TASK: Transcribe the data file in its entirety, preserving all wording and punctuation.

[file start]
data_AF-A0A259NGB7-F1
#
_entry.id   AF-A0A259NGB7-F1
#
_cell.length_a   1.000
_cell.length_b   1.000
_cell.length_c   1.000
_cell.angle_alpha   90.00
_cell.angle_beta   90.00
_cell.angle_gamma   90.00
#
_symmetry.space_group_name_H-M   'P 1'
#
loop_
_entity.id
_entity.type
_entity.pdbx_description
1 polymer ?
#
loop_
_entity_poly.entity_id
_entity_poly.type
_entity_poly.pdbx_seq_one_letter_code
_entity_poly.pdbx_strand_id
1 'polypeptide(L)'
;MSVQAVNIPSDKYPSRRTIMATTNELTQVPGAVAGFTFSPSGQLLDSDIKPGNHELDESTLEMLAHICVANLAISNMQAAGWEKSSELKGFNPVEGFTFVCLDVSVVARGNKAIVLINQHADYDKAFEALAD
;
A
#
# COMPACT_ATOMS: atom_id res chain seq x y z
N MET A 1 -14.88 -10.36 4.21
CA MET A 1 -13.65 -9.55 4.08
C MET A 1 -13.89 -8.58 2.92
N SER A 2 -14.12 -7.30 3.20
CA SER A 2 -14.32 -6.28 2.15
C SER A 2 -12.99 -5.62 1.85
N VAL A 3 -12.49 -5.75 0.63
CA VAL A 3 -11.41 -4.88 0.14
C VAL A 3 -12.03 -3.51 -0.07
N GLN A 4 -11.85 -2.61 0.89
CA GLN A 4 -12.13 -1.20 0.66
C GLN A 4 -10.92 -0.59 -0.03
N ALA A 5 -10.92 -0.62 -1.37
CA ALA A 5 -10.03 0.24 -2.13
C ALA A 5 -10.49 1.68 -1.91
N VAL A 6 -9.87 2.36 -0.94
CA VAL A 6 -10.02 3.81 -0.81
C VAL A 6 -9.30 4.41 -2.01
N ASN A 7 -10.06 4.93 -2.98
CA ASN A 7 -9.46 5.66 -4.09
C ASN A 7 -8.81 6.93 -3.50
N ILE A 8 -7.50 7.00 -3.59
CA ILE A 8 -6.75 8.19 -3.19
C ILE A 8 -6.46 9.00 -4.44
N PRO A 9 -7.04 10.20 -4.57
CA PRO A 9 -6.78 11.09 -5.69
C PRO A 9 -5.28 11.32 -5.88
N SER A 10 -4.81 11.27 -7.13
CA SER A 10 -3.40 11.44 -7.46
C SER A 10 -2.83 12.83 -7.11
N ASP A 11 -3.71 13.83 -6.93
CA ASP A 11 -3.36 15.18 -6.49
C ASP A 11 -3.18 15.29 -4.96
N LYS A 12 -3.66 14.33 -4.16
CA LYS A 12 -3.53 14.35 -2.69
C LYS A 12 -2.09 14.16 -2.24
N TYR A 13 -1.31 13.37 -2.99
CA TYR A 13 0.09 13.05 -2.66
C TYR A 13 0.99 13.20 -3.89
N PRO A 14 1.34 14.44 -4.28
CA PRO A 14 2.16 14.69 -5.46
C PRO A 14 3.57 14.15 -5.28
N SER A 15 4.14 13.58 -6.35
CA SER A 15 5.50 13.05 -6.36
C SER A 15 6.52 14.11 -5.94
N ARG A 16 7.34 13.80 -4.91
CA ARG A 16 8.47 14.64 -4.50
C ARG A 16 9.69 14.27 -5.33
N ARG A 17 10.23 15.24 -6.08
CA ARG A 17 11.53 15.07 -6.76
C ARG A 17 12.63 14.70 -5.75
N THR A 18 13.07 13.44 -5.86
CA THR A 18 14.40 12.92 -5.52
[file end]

data_AF-A0A259NGB7-F1
#
_entry.id   AF-A0A259NGB7-F1
#
_cell.length_a   1.000
_cell.length_b   1.000
_cell.length_c   1.000
_cell.angle_alpha   90.00
_cell.angle_beta   90.00
_cell.angle_gamma   90.00
#
_symmetry.space_group_name_H-M   'P 1'
#
loop_
_entity.id
_entity.type
_entity.pdbx_description
1 polymer ?
#
loop_
_entity_poly.entity_id
_entity_poly.type
_entity_poly.pdbx_seq_one_letter_code
_entity_poly.pdbx_strand_id
1 'polypeptide(L)'
;MSVQAVNIPSDKYPSRRTIMATTNELTQVPGAVAGFTFSPSGQLLDSDIKPGNHELDESTLEMLAHICVANLAISNMQAAGWEKSSELKGFNPVEGFTFVCLDVSVVARGNKAIVLINQHADYDKAFEALAD
;
A
#
# COMPACT_ATOMS: atom_id res chain seq x y z
N MET A 1 -14.88 -10.36 4.21
CA MET A 1 -13.65 -9.55 4.08
C MET A 1 -13.89 -8.58 2.92
N SER A 2 -14.12 -7.30 3.20
CA SER A 2 -14.32 -6.28 2.15
C SER A 2 -12.99 -5.62 1.85
N VAL A 3 -12.49 -5.75 0.63
CA VAL A 3 -11.41 -4.88 0.14
C VAL A 3 -12.03 -3.51 -0.07
N GLN A 4 -11.85 -2.61 0.89
CA GLN A 4 -12.13 -1.20 0.66
C GLN A 4 -10.92 -0.59 -0.03
N ALA A 5 -10.92 -0.62 -1.37
CA ALA A 5 -10.03 0.24 -2.13
C ALA A 5 -10.49 1.68 -1.91
N VAL A 6 -9.87 2.36 -0.94
CA VAL A 6 -10.02 3.81 -0.81
C VAL A 6 -9.30 4.41 -2.01
N ASN A 7 -10.06 4.93 -2.98
CA ASN A 7 -9.46 5.66 -4.09
C ASN A 7 -8.81 6.93 -3.50
N ILE A 8 -7.50 7.00 -3.59
CA ILE A 8 -6.75 8.19 -3.19
C ILE A 8 -6.46 9.00 -4.44
N PRO A 9 -7.04 10.20 -4.57
CA PRO A 9 -6.78 11.09 -5.69
C PRO A 9 -5.28 11.32 -5.88
N SER A 10 -4.81 11.27 -7.13
CA SER A 10 -3.40 11.44 -7.46
C SER A 10 -2.83 12.83 -7.11
N ASP A 11 -3.71 13.83 -6.93
CA ASP A 11 -3.36 15.18 -6.49
C ASP A 11 -3.18 15.29 -4.96
N LYS A 12 -3.66 14.33 -4.16
CA LYS A 12 -3.53 14.35 -2.69
C LYS A 12 -2.09 14.16 -2.24
N TYR A 13 -1.31 13.37 -2.99
CA TYR A 13 0.09 13.05 -2.66
C TYR A 13 0.99 13.20 -3.89
N PRO A 14 1.34 14.44 -4.28
CA PRO A 14 2.16 14.69 -5.46
C PRO A 14 3.57 14.15 -5.28
N SER A 15 4.14 13.58 -6.35
CA SER A 15 5.50 13.05 -6.36
C SER A 15 6.52 14.11 -5.94
N ARG A 16 7.34 13.80 -4.91
CA ARG A 16 8.47 14.64 -4.50
C ARG A 16 9.69 14.27 -5.33
N ARG A 17 10.23 15.24 -6.08
CA ARG A 17 11.53 15.07 -6.76
C ARG A 17 12.63 14.70 -5.75
N THR A 18 13.07 13.44 -5.86
CA THR A 18 14.40 12.92 -5.52